City Desk

Morning Roundup: Low Pressure Edition

Morning, readers. Friday is upon us. Weird weather we've been having this week, huh? This low pressure system has made for a week of variable temps and plenty of precipitation.

It's May 14, time for some "this day in history" fun:

  • The last episode of Seinfeld aired in 1998, raking in $2 million per commericial.
  • The 1989 Tianamen Square protests continued in Beijing, which began on April 14 and culminated in the June 4 massacre.
  • Birthdays: Raphael Saadiq was born in 1966 (did you know he was the bassist for Tony! Toni! Toné!?); Facebook wunderkind Mark Zuckerberg was born in 1984.

DCist just has all the Top Chef news: First, they reported that the show finished filming in the District last weekend. So, no more sightings of Tom at Ben’s Chili Bowl, Padma at your local gym, and Gail hanging out with last season’s resident jerk–and Zaytinya chef–Mike Isabella. The sixth-most-popular word that comes up if you type “Mike Isabella” in Google’s entry field is “douche.” Not even kidding–try it yourself. But I digress; the next bit of info DCist reported is that show will air June 16, and local Tamesha Warren, a sous chef at the Oval Room, will be competing. Get your DVRs ready.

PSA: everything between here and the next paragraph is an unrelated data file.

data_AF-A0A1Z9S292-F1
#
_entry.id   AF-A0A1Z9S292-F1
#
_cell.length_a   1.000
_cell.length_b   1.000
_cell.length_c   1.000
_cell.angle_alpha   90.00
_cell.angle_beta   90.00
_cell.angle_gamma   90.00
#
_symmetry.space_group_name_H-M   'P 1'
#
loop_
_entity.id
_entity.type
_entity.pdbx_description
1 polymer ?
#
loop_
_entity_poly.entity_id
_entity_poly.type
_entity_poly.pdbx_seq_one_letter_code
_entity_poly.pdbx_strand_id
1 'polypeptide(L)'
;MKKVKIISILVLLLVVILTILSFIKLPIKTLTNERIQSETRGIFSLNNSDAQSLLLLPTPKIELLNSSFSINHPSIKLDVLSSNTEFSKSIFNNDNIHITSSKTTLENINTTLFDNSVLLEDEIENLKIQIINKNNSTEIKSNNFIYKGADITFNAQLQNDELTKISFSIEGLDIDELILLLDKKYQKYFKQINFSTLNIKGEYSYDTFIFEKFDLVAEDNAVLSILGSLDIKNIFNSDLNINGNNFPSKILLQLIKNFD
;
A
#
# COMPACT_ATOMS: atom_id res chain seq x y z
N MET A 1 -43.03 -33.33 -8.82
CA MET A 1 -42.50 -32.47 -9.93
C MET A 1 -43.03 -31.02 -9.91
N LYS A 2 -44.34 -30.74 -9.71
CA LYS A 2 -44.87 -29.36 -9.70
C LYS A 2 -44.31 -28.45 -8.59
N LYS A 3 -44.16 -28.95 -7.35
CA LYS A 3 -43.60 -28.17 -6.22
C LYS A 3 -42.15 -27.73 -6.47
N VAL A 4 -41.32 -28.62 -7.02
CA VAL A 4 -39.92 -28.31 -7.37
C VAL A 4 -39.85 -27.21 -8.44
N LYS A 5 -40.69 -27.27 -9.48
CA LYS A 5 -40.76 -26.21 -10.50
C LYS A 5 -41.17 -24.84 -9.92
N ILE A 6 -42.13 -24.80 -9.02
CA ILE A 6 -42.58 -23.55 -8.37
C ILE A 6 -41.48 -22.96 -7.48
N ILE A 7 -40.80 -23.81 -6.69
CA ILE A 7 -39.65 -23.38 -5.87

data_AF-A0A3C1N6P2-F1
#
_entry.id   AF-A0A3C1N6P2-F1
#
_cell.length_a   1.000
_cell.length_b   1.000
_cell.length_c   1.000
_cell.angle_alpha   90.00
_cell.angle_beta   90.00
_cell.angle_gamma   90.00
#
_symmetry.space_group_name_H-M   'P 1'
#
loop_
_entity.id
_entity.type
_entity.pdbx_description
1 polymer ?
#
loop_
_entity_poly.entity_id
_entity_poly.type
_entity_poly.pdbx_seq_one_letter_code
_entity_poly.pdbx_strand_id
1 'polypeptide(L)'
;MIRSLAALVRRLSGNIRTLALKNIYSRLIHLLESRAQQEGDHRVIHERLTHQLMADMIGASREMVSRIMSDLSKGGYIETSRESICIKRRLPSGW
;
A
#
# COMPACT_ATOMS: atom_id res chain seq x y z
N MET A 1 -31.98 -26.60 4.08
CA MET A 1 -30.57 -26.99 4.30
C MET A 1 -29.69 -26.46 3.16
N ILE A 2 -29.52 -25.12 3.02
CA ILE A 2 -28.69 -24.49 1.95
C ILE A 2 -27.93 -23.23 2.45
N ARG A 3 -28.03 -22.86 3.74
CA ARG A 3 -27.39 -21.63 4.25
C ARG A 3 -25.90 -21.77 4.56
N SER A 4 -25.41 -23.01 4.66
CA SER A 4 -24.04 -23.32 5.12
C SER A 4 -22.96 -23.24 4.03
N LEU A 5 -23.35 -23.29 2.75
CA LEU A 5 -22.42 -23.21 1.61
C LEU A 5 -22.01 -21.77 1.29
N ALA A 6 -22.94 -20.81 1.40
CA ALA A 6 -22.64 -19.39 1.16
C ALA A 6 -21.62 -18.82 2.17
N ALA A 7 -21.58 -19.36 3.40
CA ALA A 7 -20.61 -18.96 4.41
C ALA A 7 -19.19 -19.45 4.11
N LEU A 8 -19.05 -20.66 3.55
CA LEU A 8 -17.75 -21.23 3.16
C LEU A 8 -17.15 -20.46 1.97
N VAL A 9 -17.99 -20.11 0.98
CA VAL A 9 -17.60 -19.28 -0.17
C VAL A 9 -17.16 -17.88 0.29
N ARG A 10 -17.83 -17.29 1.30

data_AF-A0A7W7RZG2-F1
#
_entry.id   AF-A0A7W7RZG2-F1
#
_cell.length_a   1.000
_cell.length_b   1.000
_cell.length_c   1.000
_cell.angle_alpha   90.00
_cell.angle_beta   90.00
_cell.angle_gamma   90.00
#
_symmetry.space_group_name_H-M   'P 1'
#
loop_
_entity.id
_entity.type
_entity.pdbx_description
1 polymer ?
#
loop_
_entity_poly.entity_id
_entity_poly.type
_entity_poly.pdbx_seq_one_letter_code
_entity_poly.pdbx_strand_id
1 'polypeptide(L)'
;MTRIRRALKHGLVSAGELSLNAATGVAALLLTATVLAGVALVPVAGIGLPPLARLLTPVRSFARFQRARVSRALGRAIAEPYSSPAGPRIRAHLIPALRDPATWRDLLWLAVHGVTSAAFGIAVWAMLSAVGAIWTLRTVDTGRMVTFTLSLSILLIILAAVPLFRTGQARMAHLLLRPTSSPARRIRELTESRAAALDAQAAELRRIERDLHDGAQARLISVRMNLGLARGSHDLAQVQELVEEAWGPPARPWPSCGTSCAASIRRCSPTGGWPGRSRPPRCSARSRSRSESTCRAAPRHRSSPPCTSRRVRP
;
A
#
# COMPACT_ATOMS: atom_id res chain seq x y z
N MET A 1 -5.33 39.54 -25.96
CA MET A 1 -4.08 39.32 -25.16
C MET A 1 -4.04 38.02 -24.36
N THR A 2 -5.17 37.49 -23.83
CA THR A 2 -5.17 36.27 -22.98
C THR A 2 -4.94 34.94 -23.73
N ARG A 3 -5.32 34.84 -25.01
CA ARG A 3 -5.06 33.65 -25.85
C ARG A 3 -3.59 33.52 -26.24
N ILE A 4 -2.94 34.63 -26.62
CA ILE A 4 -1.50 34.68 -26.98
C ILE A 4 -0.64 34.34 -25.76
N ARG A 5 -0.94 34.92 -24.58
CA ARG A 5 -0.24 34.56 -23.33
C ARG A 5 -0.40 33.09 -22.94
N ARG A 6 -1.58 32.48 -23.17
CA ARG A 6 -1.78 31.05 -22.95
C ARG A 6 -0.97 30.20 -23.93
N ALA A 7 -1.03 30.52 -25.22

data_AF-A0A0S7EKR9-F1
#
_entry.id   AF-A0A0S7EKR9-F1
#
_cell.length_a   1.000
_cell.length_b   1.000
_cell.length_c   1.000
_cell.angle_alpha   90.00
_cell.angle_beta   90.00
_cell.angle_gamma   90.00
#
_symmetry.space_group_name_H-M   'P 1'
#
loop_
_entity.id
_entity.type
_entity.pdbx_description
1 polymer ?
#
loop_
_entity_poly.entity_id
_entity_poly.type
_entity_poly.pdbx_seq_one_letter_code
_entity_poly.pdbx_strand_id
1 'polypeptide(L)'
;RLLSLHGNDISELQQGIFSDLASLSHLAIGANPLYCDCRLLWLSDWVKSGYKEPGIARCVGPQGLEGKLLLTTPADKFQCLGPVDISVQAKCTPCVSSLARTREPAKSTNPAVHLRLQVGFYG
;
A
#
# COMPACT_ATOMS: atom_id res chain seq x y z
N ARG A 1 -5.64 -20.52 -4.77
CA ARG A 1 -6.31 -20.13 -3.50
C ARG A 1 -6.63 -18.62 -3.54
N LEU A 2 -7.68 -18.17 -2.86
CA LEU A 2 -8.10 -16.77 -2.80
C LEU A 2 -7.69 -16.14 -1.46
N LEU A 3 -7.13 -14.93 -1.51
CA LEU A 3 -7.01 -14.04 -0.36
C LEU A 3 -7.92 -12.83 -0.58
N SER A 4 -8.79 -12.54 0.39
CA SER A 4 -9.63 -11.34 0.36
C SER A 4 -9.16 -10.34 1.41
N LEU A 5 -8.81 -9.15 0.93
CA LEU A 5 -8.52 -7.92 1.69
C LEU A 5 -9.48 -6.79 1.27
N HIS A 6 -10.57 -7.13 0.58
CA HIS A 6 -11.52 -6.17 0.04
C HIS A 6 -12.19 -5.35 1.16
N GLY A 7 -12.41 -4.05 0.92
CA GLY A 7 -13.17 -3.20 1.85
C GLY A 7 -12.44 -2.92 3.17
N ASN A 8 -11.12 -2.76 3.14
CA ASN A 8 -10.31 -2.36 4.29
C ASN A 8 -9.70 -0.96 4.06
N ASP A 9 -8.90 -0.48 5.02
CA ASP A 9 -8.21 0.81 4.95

It looks like Elena Kagan will have a clear path to the Supreme Court, after garnering approval from several members of the GOP. In lieu of her stances on legal matters, we're forced to debate her sexuality. The most popular Google search terms following her name are "husband" and "married." She's not married, she's not a lesbian, and she's not a freak. She's just single. And it's a good thing ladies aren't Kagan's personal preference because, according to the Pope, gay marriage is "insidious and dangerous."

The Nats have been cleaning up this season. Ryan Zimmerman hit two home runs last night in the 14-6 rout of the Rockies. They're 20-15 now; last season it was well into June before they got their twentieth victory.

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